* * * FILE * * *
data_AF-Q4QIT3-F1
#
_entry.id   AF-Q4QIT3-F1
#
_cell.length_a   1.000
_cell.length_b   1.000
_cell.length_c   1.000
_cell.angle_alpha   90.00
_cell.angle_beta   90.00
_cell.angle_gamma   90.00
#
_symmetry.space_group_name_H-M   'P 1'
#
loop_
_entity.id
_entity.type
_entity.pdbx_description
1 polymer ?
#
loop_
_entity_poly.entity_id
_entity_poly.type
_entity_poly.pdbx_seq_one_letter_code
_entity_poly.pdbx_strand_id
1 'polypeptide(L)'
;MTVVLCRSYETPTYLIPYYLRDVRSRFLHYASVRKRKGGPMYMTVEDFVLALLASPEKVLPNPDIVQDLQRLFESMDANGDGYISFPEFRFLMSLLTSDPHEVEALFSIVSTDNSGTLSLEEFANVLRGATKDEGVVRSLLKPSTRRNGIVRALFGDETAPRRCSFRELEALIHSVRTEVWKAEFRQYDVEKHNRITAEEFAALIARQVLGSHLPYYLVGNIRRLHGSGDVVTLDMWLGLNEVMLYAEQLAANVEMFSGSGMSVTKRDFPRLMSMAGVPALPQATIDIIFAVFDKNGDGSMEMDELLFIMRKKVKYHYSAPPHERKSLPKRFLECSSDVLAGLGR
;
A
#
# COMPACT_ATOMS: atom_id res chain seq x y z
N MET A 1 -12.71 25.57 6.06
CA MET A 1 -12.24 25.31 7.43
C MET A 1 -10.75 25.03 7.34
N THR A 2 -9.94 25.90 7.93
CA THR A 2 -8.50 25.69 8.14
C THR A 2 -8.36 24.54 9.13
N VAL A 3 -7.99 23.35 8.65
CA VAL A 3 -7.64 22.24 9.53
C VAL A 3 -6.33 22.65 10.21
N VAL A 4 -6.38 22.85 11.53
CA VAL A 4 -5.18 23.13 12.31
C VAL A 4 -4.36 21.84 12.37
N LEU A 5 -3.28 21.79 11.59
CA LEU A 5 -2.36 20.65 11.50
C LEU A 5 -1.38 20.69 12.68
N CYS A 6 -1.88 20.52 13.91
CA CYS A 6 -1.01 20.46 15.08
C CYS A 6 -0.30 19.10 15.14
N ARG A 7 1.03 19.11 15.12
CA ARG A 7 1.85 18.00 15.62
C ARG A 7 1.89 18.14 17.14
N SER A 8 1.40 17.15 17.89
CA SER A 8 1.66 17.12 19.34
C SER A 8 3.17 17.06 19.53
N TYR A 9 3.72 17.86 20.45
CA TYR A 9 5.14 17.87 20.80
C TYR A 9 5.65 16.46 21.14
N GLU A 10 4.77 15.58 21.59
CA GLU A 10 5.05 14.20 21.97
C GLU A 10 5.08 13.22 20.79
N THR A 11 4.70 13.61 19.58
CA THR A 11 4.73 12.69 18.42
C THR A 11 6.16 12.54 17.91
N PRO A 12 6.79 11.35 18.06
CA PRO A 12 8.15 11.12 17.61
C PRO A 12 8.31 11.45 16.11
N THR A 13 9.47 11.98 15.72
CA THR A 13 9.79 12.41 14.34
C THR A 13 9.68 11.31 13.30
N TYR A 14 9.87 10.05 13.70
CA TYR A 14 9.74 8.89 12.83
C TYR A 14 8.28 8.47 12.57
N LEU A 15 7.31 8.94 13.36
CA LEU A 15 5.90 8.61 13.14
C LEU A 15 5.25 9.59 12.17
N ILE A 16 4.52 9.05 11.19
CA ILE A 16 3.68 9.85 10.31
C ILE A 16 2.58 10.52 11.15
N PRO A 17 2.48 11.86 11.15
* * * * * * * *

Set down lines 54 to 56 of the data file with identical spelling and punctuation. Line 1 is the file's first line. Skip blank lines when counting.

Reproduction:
C SER A 8 3.17 17.06 19.53
N TYR A 9 3.72 17.86 20.45
CA TYR A 9 5.14 17.87 20.80